Court to UM churches: You want to leave? Jump through the hoops

Court to UM churches: You want to leave? Jump through the hoops

Court to UM churches: You want to leave? Jump through the hoops

A state court in Alabama has ruled against 42 United Methodist churches that are trying to leave the denomination for more biblical pastures.

The United Methodist Church has been allowing congregations that want to leave the denomination over its opposition to biblical sexuality to do so without too many strings attached – an offer that expires at the end of the year. As of this fall, more than 6,200 congregations (comprising more than 20% in the U.S.) have disaffiliated with the UMC. And according to The Institute on Religion & Democracy, that doesn't include "the large exodus of conservative members leaving their church buildings individually or in large, organized groups."

Mark Tooley of The Institute on Religion & Democracy says the UMC's Alabama-West Florida Conference is apparently tired of the rush to the exits and put out a door stop or two.

"That conference implemented additional requirements for exiting the denomination requiring the church staff and clergy to sign a collective statement explaining how that church disagrees with the church's teachings on sexuality," he describes to AFN.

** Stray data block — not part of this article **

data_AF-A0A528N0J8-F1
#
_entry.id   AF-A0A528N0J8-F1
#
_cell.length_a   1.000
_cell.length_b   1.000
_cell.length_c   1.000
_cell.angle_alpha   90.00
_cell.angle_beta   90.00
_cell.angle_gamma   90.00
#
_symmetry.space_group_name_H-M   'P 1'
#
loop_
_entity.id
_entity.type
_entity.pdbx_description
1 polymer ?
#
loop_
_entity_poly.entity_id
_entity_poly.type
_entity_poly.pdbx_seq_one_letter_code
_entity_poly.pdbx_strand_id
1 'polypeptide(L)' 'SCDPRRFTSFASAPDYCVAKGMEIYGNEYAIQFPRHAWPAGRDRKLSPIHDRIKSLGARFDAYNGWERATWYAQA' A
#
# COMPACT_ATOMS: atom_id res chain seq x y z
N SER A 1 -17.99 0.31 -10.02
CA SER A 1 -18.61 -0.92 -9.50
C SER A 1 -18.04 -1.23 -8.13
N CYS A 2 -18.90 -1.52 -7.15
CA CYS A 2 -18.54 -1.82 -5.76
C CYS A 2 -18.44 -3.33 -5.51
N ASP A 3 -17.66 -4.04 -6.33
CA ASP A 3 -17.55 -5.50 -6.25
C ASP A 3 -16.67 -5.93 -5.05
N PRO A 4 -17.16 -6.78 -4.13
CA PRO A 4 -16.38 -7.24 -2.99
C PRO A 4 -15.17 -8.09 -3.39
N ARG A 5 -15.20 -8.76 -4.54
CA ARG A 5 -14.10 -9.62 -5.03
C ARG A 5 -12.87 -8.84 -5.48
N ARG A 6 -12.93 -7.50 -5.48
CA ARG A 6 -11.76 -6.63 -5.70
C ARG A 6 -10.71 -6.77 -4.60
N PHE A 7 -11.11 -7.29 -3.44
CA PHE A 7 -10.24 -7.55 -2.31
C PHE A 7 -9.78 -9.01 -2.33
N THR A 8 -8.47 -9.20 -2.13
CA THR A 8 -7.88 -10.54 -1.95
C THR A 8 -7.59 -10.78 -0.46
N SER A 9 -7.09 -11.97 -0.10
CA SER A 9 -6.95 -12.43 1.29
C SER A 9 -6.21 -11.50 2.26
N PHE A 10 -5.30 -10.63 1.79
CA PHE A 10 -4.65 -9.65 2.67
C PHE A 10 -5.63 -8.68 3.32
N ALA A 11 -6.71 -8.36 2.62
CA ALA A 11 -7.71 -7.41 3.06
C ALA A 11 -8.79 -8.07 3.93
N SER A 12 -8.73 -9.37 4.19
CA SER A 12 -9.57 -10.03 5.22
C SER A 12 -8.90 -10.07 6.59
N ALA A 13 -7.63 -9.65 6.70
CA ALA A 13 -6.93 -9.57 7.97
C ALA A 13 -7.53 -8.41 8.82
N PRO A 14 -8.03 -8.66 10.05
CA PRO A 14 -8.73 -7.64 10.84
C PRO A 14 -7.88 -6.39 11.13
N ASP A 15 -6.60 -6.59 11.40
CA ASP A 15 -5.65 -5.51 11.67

Tooley, Mark (IRD) Tooley

The churches desiring to leave took the conference to court so they could do so under the same dispensation afforded the multiple thousands of other churches that have left in 2023.

"They had already approved a large number of churches for exit and then implemented this additional burden," Tooley continues. "So, these other churches had difficulty complying with this additional burden – and hence, they sought litigation."

On November 10, the Montgomery County Circuit Court denied the churches any relief because, it said, being a secular court, it could not get in the middle of what is essentially a religious squabble. Tooley says it didn't have to get to this.

"I'm sure the conference was upset by the number of churches that had already left and so it made it more difficult for future churches to leave," he concludes. "It's regrettable – and was certainly avoidable."